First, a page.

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South Asian TI Chapters call for space and transparency in climate finance

27 April 2018 
Concern over shrinking civil society space: Call for transparency and accountability in climate finance
We the Chapters of Transparency International in Bangladesh, Maldives, Nepal, Pakistan and Sri Lanka, gathered at the TI Bangladesh-Transparency Maldives Integrity Talk on Climate Finance Governance, held from 25-27 April 2018 in Bangkok, Thailand, are deeply concerned about the shrinking space for civil society and climate activists in the South Asia region. 
We observe with disappointment that civil society actors throughout the South Asian region are increasingly restricted in their work, often on unjust and politically motivated grounds. We note with further concern that rights-based CSOs in particular are being subjected to further restrictions by the imposition of new legal and policy provisions often in the name of national security that are also curtailing fundamental rights such as freedom of speech, freedom of opinion and freedom of association. We are disturbed that the relevant authorities do not seem to realize that such restrictions are fully contradictory to not only their constitutional and legal commitments, but also the series of international pledges that they have made by being state parties to international conventions and covenants.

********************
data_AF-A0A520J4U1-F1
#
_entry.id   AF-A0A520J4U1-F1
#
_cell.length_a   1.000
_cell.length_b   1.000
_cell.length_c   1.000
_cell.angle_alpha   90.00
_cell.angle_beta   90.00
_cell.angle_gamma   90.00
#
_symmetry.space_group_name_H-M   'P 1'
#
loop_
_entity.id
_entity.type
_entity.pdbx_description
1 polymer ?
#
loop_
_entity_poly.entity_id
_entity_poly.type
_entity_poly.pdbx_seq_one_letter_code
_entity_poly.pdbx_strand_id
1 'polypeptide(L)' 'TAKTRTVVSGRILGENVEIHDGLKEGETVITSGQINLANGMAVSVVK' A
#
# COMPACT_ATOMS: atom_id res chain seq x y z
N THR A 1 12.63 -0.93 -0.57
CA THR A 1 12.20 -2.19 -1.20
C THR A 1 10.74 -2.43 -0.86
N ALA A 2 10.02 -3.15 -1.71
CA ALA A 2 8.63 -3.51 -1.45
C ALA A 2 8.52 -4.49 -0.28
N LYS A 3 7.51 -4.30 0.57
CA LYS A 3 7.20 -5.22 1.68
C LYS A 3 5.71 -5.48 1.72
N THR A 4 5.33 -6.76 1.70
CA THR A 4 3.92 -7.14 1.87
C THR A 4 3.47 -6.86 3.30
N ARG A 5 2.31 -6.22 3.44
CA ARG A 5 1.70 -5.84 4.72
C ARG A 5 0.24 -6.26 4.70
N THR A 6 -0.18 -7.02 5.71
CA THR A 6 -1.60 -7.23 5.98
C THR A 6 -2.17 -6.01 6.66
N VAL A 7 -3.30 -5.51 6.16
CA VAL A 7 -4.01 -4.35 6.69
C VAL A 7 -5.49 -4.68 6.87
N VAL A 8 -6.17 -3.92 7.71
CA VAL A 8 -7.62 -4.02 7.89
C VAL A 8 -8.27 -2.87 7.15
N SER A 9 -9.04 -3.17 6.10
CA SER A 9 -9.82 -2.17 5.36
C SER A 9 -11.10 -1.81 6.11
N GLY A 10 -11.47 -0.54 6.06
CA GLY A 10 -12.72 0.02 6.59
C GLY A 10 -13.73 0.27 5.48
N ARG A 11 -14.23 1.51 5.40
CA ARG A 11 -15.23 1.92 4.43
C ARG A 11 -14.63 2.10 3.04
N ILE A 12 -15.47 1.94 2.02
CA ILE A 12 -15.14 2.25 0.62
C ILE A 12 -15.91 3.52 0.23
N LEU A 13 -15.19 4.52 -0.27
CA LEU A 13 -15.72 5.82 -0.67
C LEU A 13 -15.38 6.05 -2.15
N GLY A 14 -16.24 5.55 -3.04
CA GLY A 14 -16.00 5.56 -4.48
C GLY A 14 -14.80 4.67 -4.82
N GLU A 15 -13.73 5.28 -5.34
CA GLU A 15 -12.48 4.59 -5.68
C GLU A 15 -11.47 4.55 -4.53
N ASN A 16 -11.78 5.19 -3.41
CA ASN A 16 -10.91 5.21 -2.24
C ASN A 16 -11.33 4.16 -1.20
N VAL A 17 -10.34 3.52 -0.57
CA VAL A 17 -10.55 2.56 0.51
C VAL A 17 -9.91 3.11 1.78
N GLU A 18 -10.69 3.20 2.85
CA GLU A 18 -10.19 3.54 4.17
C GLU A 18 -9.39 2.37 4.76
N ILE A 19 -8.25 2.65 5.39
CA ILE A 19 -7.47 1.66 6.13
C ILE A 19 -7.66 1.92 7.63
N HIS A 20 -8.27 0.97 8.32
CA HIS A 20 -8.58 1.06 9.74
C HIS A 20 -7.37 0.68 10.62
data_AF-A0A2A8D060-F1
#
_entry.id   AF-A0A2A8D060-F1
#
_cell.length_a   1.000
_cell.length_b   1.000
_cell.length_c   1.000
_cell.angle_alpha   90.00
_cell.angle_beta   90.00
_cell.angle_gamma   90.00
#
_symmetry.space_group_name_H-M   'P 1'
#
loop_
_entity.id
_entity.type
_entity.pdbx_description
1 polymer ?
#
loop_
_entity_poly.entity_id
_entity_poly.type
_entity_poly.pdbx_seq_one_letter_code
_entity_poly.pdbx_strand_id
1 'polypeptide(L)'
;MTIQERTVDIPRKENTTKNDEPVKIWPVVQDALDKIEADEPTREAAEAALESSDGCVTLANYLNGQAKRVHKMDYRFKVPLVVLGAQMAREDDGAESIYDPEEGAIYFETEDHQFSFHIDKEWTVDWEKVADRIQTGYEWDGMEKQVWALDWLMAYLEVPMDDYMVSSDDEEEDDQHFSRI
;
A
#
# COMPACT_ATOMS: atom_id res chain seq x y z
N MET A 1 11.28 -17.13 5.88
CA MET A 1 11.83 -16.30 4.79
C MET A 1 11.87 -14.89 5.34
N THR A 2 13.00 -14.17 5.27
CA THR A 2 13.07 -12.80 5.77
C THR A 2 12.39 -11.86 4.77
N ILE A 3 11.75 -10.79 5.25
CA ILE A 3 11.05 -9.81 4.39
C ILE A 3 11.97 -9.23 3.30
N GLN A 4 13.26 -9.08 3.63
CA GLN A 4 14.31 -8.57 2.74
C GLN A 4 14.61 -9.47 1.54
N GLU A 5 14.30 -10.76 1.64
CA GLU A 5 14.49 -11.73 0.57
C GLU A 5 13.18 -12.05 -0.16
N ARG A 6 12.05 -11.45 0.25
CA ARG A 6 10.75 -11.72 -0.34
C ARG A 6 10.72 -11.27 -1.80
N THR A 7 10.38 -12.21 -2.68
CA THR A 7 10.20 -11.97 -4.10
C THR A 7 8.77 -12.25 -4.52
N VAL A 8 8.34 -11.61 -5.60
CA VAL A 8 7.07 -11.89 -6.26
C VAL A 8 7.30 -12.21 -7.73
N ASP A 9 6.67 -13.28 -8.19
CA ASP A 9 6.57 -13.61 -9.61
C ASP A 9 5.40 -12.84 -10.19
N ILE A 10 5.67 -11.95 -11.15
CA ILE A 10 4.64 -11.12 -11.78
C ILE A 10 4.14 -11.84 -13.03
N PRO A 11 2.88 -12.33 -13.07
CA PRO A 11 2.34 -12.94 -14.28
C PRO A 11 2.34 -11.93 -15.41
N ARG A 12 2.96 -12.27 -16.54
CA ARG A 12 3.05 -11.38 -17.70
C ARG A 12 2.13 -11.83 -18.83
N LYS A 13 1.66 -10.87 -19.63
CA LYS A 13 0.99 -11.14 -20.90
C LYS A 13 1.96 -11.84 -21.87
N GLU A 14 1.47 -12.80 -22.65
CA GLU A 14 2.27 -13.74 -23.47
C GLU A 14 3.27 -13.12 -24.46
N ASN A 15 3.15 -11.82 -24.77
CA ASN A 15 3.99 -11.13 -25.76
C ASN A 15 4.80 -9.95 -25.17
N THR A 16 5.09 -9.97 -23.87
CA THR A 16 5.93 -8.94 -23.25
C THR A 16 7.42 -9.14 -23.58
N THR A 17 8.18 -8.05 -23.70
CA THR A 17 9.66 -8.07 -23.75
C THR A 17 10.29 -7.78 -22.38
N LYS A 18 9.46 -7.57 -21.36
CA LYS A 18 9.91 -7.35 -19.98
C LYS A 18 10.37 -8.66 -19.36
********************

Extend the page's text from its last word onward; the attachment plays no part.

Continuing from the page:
We demand that national government institutions ensure the existence of a constructive and safe operational space for the functioning of NGOs and climate activists. A safe space for these groups is an essential element to ensure accountability and transparency in the use of public money, including climate funds. Governments of the South Asia region must refrain from any actions or initiatives that may threaten civil society space, including reform of laws and policies to restrict the fundamental freedoms and rights of the public to voice their opinions and demands.
We ask that developed country governments and multilateral funding institutions support our push for civil society space to ensure that funding for climate change adaptation and mitigation is delivered as committed and used transparently and accountably. The use of climate funds in a way that effectively benefits the most climate vulnerable communities can only be ensured in a context where civil society organizations have the necessary space to operate, and rights of activists and whistle blowers are fully protected. Restricting civil society space is the most convenient means of promoting and condoning various forms of corruption and impunity by undermining transparency and accountability.
Finally, we call upon all stakeholders, including governments, multilateral institutions, civil society and the private sector to actively build partnerships to ensure that climate finance and action initiatives are undertaken with the overarching goal of reaching the most vulnerable people and contribute towards achieving the Sustainable Development Goals. 
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